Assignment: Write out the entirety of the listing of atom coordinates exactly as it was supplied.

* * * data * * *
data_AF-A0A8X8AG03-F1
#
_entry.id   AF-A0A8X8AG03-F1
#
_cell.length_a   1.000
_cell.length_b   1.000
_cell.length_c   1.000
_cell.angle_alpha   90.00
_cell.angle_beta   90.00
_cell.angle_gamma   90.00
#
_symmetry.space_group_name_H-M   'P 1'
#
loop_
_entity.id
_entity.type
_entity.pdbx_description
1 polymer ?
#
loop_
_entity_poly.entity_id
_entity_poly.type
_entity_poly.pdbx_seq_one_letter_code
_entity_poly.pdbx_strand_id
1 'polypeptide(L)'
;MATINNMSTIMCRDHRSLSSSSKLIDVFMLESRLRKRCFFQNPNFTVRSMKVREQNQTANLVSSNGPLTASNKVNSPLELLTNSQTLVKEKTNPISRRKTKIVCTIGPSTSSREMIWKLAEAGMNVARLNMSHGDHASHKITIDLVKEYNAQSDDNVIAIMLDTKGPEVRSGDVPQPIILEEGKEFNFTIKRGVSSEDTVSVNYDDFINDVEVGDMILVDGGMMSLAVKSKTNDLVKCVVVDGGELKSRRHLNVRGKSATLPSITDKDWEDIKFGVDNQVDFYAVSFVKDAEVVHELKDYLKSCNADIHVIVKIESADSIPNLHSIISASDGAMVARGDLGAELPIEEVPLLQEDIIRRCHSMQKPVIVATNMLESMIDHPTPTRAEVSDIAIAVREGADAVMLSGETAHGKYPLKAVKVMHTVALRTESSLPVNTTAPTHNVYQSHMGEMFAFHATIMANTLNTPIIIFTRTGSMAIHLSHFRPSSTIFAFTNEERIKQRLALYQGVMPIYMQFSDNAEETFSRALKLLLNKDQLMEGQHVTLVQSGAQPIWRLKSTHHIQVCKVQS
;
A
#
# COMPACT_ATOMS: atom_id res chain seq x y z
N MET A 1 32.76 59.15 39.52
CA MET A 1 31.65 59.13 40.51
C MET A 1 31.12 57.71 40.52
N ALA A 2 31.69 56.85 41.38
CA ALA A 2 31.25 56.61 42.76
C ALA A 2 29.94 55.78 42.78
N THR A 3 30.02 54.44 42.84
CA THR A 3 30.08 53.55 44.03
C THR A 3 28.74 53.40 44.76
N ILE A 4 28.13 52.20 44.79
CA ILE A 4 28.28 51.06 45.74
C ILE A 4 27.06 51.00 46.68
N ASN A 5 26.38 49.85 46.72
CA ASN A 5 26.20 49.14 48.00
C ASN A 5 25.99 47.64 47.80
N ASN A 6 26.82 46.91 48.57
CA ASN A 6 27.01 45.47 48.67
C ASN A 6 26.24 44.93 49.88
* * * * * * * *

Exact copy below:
data_AF-A0A8X8AG03-F1
#
_entry.id   AF-A0A8X8AG03-F1
#
_cell.length_a   1.000
_cell.length_b   1.000
_cell.length_c   1.000
_cell.angle_alpha   90.00
_cell.angle_beta   90.00
_cell.angle_gamma   90.00
#
_symmetry.space_group_name_H-M   'P 1'
#
loop_
_entity.id
_entity.type
_entity.pdbx_description
1 polymer ?
#
loop_
_entity_poly.entity_id
_entity_poly.type
_entity_poly.pdbx_seq_one_letter_code
_entity_poly.pdbx_strand_id
1 'polypeptide(L)'
;MATINNMSTIMCRDHRSLSSSSKLIDVFMLESRLRKRCFFQNPNFTVRSMKVREQNQTANLVSSNGPLTASNKVNSPLELLTNSQTLVKEKTNPISRRKTKIVCTIGPSTSSREMIWKLAEAGMNVARLNMSHGDHASHKITIDLVKEYNAQSDDNVIAIMLDTKGPEVRSGDVPQPIILEEGKEFNFTIKRGVSSEDTVSVNYDDFINDVEVGDMILVDGGMMSLAVKSKTNDLVKCVVVDGGELKSRRHLNVRGKSATLPSITDKDWEDIKFGVDNQVDFYAVSFVKDAEVVHELKDYLKSCNADIHVIVKIESADSIPNLHSIISASDGAMVARGDLGAELPIEEVPLLQEDIIRRCHSMQKPVIVATNMLESMIDHPTPTRAEVSDIAIAVREGADAVMLSGETAHGKYPLKAVKVMHTVALRTESSLPVNTTAPTHNVYQSHMGEMFAFHATIMANTLNTPIIIFTRTGSMAIHLSHFRPSSTIFAFTNEERIKQRLALYQGVMPIYMQFSDNAEETFSRALKLLLNKDQLMEGQHVTLVQSGAQPIWRLKSTHHIQVCKVQS
;
A
#
# COMPACT_ATOMS: atom_id res chain seq x y z
N MET A 1 32.76 59.15 39.52
CA MET A 1 31.65 59.13 40.51
C MET A 1 31.12 57.71 40.52
N ALA A 2 31.69 56.85 41.38
CA ALA A 2 31.25 56.61 42.76
C ALA A 2 29.94 55.78 42.78
N THR A 3 30.02 54.44 42.84
CA THR A 3 30.08 53.55 44.03
C THR A 3 28.74 53.40 44.76
N ILE A 4 28.13 52.20 44.79
CA ILE A 4 28.28 51.06 45.74
C ILE A 4 27.06 51.00 46.68
N ASN A 5 26.38 49.85 46.72
CA ASN A 5 26.20 49.14 48.00
C ASN A 5 25.99 47.64 47.80
N ASN A 6 26.82 46.91 48.57
CA ASN A 6 27.01 45.47 48.67
C ASN A 6 26.24 44.93 49.88